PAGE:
Sifting through the opposing rulings on the legality of the subsidies on the federal health insurance exchange.
Jan. 12--Rat yourself out and save money on car insurance.
That's the selling point for palm-sized devices, often called "tattletales," that consumers can voluntarily install into a car's diagnostic port to track driving habits such as mileage, speed, time of day and braking intensity.
This month, State Farm Insurance is expanding the program so Minnesota drivers can buckle a technological Big Brother into the passenger seat and potentially pay lower rates. Progressive Insurance offers a similar option nationwide.
"It's a more accurate way to measure auto insurance risks so those customers who are lower risks pay lower rates," said Dick Luedke, a spokesman for State Farm.
The insurers say the devices give drivers control over their rates and encourage good habits. Others wonder if the measures used by the insurers accurately predict risk. One former Minnesota regulator is skeptical and worries about how insurers will use the data they collect.
"One policy-holder's discount is another man's surcharge for not using the device," said former state Attorney General Mike Hatch, who also is a former state Commerce Department commissioner. He questioned whether factors such as speed and mileage accurately reflect risk.
For example, he said a city driver stops more frequently than a rural one. But a rural driver might drive faster, Hatch said, adding that it's a narrow line between reasonable underwriting and red-lining.
State Farm offers some form of the device in 18 states and will offer it in 31 by the end of the month. Luedke emphasized that use of the device is voluntary. Those who enroll get free use of one for a year and an immediate 5 percent discount on their rates.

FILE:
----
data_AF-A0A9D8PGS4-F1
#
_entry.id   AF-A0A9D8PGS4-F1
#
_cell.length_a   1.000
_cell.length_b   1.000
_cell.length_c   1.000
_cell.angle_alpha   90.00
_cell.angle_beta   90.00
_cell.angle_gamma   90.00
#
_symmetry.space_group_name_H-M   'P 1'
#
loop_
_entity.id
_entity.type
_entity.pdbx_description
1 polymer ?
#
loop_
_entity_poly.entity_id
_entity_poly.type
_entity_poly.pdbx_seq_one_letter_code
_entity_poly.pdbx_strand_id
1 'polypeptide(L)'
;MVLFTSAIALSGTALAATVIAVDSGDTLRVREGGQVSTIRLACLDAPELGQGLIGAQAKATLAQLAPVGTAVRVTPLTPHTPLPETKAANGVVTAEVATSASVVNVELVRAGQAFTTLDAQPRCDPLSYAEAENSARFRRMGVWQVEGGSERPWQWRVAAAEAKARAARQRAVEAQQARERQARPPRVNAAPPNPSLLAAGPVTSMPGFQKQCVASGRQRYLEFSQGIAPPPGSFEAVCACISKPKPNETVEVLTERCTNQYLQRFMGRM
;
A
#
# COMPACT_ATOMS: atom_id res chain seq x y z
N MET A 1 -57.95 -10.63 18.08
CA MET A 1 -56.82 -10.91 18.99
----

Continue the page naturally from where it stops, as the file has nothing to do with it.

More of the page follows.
After the free trial, the State Farm device costs $5 to $10 a month. Drivers can add-on roadside assistance, location monitoring and alerts so a parent might be notified if a teenager ventures somewhere he or she isn't supposed to go.
Progressive's "Snapshot" device is free. Drivers plug in the device and use it for six months to calculate their renewal rate, then return the device to Progressive. The insurer also offers the device free to non-customers for a 30-day trial.
According to Progressive, more than 1 million drivers have signed up since 2008. Drivers save an average of $150 per year, the spokeswoman said.
Progressive's "Snapshot" uses the time of day and speed to calculate the number of miles customers drive as well as how often they hit the brakes.
Allstate Insurance offers a similar device in 10 states and is seeking regulatory approval in Minnesota. Spokeswoman Meghan O'Kelly said that in addition to mileage, the device measures acceleration, braking, speed and time of day, but not location. She said mileage makes up 50 percent of Allstate's risk calculation.
Some 12 percent of new customers have enrolled, she said, with discounts averaging 14 percent.
Neither Progressive nor Allstate track location.
Luedke declined to provide data on State Farm customer usage, but said the average discount is 10 percent. "Maybe you're inspired to drive less knowing the less you drive, the bigger the discount," he said.
Some Twin Cities drivers are skeptical about the devices, while others endorse them.
"I wouldn't do it until I knew more about it," said Karen Rivard, who works in downtown Minneapolis.
Tim Holmes of Eagan used the Progressive device and liked it. "I just wanted a break on my insurance," he said, adding that he had an accident on his record.
He gets a 15 percent discount, and his rates have dropped below $100 a month, but Holmes, 29, wasn't sure whether to attribute the better rate to his habits or his increasing age. "I didn't have any fear about my privacy," he said.
Rochelle Olson --612-673-1747 Twitter: @rochelleolson
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